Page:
Data Sources and Searches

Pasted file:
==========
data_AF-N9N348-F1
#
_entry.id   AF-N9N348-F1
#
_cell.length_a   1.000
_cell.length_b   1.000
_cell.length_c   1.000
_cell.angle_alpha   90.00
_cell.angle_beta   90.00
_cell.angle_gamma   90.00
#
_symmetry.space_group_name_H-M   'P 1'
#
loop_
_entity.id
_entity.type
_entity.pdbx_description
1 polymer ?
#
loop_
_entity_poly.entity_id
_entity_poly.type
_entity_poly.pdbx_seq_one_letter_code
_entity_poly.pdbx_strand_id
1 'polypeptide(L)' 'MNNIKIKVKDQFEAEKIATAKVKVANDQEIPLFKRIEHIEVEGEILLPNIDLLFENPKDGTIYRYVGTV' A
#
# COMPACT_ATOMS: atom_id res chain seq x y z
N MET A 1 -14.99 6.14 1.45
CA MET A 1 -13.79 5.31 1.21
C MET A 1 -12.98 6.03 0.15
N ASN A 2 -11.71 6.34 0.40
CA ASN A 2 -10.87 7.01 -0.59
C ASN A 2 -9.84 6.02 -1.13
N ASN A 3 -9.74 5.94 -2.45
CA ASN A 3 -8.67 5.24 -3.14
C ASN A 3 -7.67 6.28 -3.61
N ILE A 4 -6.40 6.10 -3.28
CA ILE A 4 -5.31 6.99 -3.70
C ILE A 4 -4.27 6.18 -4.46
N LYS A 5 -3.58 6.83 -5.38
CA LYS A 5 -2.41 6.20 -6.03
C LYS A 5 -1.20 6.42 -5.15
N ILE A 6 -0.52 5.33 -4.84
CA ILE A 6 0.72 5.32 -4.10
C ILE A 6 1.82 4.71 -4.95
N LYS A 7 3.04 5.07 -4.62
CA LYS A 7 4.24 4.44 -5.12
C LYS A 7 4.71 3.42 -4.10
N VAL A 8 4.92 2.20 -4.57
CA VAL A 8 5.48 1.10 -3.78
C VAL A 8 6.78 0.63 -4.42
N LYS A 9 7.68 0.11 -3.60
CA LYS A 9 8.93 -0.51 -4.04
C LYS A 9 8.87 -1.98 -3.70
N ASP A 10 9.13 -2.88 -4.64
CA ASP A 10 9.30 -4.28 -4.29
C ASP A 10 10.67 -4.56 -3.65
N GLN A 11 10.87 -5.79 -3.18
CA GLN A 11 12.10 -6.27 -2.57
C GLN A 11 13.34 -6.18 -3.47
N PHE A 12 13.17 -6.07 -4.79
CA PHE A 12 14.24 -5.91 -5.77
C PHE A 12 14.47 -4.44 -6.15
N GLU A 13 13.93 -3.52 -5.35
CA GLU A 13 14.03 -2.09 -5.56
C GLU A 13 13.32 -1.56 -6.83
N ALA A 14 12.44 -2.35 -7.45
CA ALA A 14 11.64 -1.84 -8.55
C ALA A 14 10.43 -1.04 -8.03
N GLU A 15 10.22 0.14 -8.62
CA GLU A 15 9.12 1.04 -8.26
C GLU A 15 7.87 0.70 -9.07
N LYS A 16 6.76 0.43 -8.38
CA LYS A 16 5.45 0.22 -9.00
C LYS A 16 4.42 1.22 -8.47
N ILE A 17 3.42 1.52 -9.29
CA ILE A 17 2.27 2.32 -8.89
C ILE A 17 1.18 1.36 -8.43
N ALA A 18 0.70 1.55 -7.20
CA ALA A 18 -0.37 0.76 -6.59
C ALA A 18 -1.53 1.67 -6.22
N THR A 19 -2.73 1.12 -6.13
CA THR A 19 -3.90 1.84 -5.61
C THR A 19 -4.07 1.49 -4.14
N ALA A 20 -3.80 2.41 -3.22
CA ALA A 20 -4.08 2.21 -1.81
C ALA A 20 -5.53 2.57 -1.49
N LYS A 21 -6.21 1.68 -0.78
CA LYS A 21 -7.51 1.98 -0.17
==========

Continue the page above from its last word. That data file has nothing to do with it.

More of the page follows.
Because “multimorbidity” is not a MeSH terms, the search was constructed around the concept of “comorbidity” to address the following question: “Among persons age 65 years and older, what effect does the presence of comorbid conditions have on the benefits and/or harms of medical treatment for a specific index chronic condition?” The following databases were searched for relevant studies: MEDLINE (OvidSP 1946–May Week 5 2012, April 13, 2012); MEDLINE In-Process & Other Non-Indexed Citations (OvidSP, April 13, 2012); Cochrane Trials (Wiley, April 11, 2012). While there are medical subject headings (MeSH) for comorbidity, when we examined four key articles, we found that only one of the four articles was indexed using these terms. We therefore had to create search strategies to capture the concept of comorbidity. We did this by using search terms that consisted of a given condition and at least one other of a list of additional conditions (heart failure [HF], coronary artery disease [CAD], angina pectoris, stable angina, hypertension [HTN], chronic obstructive pulmonary disease, osteoarthritis, hyperlipidemias, chronic kidney disease [CKD], diabetes mellitus [DM]). We repeated this process, with each condition becoming the index condition, and the rest considered together as comorbid conditions, using controlled vocabulary terms and synonymous free text words. The search strategy was limited to cohort studies, randomized controlled trials, or decision support techniques (Appendix S1). We specified older age in our question because of the increasing prevalence of multimorbidity with age, [6] with the goal of identifying study populations with the broadest possible range of comorbid conditions.